Japan declares virus state of emergency in Tokyo region
Japan's government declared a month-long coronavirus state of emergency in the greater Tokyo area on Thursday as the capital reported another record surge in daily infections.
Prime Minister Yoshihide Suga described a "great sense of crisis" as he announced the measure, which begins Friday and is less strict than the harsh lockdowns seen elsewhere or even the country's first virus emergency last spring.
It primarily targets restaurants and bars, which will be asked to stop serving alcohol by 7 pm and close an hour later.
Suga made a special appeal to young people to abide by the requests, saying that more than half of recent new infections in greater Tokyo were among the under-30s.
"Please act... in order to save precious lives of your parents, grandfathers, grandmothers and friends," he said.
In Tokyo and three surrounding areas that petitioned the government to make the move, businesses will also be urged to maximise teleworking with the goal of reducing commuter traffic by 70 percent.
Japanese law does not currently allow authorities to enforce cooperation with the requests, although the government is planning legislation permitting fines for businesses that do not comply.
For now, subsidies will be offered to businesses that close early, and the government could name-and-shame those that fail to do so.
Tokyo recorded 2,447 new cases on Thursday—shattering the previous record of 1,591 logged a day earlier, and representing a sizeable chunk of the 7,490 new cases reported nationwide.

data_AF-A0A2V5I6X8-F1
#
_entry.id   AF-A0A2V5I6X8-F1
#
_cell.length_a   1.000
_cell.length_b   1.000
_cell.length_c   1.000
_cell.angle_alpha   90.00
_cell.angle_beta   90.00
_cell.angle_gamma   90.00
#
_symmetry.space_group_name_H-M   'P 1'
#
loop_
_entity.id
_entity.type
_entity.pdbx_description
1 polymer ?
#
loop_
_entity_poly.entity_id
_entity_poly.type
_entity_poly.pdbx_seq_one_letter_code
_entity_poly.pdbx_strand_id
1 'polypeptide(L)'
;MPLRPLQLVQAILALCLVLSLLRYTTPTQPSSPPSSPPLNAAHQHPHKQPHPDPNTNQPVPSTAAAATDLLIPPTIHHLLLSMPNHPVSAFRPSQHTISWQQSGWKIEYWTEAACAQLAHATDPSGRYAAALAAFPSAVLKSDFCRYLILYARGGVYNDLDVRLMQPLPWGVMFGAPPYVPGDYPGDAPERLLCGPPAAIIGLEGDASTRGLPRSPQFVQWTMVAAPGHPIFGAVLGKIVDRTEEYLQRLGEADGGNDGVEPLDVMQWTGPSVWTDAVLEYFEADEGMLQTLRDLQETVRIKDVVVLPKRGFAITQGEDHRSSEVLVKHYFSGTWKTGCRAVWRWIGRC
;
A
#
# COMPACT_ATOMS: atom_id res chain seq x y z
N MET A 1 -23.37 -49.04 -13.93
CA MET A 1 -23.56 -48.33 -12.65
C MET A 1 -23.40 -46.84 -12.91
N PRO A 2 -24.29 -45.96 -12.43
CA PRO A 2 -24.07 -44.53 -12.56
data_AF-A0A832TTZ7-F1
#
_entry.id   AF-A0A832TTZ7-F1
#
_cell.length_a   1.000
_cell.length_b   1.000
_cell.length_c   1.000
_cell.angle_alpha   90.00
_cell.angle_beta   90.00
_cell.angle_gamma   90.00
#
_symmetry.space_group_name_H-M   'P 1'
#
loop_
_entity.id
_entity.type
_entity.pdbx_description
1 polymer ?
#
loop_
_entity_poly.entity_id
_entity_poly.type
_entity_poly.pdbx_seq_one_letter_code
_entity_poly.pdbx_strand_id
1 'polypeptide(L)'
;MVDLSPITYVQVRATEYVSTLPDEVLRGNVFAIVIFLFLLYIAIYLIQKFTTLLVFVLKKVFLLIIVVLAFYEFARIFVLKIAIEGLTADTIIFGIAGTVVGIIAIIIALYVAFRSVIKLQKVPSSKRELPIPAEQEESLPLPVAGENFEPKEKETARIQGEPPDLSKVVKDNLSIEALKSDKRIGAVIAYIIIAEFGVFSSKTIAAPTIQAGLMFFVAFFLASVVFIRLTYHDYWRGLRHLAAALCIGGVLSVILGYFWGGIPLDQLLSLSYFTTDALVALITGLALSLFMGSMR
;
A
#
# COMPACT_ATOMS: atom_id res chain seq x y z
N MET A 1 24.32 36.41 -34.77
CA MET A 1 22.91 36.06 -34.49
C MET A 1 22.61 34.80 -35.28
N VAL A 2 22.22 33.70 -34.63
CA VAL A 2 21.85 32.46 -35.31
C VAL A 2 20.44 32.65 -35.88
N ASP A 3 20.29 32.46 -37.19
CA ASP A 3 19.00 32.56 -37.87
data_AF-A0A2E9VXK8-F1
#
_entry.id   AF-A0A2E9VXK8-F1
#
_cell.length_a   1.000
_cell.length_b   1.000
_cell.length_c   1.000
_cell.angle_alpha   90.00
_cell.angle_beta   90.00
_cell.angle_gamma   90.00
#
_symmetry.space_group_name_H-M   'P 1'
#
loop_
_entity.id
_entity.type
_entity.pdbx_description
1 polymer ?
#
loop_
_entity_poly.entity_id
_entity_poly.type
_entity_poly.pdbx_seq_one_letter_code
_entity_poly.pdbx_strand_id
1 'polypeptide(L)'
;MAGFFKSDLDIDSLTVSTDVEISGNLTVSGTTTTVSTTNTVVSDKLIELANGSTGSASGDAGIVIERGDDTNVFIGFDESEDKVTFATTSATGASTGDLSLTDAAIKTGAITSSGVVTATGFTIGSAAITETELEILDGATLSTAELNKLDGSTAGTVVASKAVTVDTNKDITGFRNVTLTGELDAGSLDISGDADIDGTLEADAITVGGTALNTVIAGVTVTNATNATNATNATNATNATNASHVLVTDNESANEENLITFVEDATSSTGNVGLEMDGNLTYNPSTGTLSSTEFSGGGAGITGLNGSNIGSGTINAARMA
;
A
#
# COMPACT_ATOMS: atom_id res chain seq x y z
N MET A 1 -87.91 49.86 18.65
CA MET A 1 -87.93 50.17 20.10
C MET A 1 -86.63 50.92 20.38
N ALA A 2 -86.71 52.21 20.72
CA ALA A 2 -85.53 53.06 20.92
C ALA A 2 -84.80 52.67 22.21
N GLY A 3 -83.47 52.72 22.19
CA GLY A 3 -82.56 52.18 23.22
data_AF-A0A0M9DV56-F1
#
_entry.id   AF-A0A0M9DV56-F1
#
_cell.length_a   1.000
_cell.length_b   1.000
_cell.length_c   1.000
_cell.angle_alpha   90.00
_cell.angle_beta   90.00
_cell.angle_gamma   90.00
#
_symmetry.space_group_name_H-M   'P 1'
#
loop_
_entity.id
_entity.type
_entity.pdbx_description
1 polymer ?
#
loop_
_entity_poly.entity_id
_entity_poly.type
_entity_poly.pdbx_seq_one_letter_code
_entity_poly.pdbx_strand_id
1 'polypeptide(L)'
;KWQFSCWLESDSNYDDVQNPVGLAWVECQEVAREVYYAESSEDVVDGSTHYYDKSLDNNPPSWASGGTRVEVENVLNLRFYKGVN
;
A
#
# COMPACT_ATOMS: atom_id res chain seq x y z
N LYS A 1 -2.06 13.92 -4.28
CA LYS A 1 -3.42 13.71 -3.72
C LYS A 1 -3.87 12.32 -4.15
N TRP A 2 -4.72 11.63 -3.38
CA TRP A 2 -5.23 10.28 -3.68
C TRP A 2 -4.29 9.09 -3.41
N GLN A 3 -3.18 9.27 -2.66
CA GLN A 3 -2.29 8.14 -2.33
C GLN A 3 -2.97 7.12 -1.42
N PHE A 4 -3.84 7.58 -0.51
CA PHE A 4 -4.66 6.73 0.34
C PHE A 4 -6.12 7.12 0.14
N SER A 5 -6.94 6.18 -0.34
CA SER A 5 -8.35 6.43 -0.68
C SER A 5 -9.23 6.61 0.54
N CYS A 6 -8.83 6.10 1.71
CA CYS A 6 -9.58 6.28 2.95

Still, Japan's outbreak remains comparatively small, with around 3,700 deaths overall.
The government had been reluctant to call a state of emergency for fear of sending the economy into reverse shortly after it emerged from recession.
"A contraction of GDP in Q1 is inevitable" with the new measure, Masamichi Adachi, Japan chief economist at UBS Securities told AFP. "Balancing economic and public health concerns is... a very difficult situation to manage."
Suga's approval ratings have nosedived over his handling of the latest COVID-19 wave—particularly his government's controversial backing of a domestic travel campaign despite spiking case numbers.
He has said this emergency will be more limited and focused than last year's, despite warnings from medical experts that it may be insufficient.
Schools will not close and major events will be permitted, with the cap for spectators revised down.
The measure comes just over six months before the virus-postponed Tokyo 2020 Olympics are due to open, and Suga this week insisted he was still committed to holding the Games as "proof of mankind's victory over the virus".
But the emergency is likely to harden public opinion, with a majority opposed to holding the Games this year even before the third wave worsened.
Japan has yet to approve a coronavirus vaccine, with Suga saying he hopes the first jabs can begin in late February.
© 2021 AFP